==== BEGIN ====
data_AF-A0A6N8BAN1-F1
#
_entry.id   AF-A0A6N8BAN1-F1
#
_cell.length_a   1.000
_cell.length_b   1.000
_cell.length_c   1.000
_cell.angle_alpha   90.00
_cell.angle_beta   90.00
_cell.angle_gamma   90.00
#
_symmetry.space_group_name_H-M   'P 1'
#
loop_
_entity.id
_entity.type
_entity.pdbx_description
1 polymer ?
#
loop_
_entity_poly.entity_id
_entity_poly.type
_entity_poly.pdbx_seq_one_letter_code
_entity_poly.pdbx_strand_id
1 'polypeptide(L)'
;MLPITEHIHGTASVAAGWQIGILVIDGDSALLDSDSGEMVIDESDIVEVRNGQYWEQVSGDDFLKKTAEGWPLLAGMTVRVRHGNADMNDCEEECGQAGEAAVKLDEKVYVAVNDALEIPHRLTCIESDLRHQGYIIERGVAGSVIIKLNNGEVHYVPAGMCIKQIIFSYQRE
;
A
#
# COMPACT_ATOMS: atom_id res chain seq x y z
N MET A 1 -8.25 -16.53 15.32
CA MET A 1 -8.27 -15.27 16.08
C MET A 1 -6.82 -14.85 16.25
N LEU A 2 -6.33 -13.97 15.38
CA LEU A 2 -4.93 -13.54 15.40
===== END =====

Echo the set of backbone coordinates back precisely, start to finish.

data_AF-A0A6N8BAN1-F1
#
_entry.id   AF-A0A6N8BAN1-F1
#
_cell.length_a   1.000
_cell.length_b   1.000
_cell.length_c   1.000
_cell.angle_alpha   90.00
_cell.angle_beta   90.00
_cell.angle_gamma   90.00
#
_symmetry.space_group_name_H-M   'P 1'
#
loop_
_entity.id
_entity.type
_entity.pdbx_description
1 polymer ?
#
loop_
_entity_poly.entity_id
_entity_poly.type
_entity_poly.pdbx_seq_one_letter_code
_entity_poly.pdbx_strand_id
1 'polypeptide(L)'
;MLPITEHIHGTASVAAGWQIGILVIDGDSALLDSDSGEMVIDESDIVEVRNGQYWEQVSGDDFLKKTAEGWPLLAGMTVRVRHGNADMNDCEEECGQAGEAAVKLDEKVYVAVNDALEIPHRLTCIESDLRHQGYIIERGVAGSVIIKLNNGEVHYVPAGMCIKQIIFSYQRE
;
A
#
# COMPACT_ATOMS: atom_id res chain seq x y z
N MET A 1 -8.25 -16.53 15.32
CA MET A 1 -8.27 -15.27 16.08
C MET A 1 -6.82 -14.85 16.25
N LEU A 2 -6.33 -13.97 15.38
CA LEU A 2 -4.93 -13.54 15.40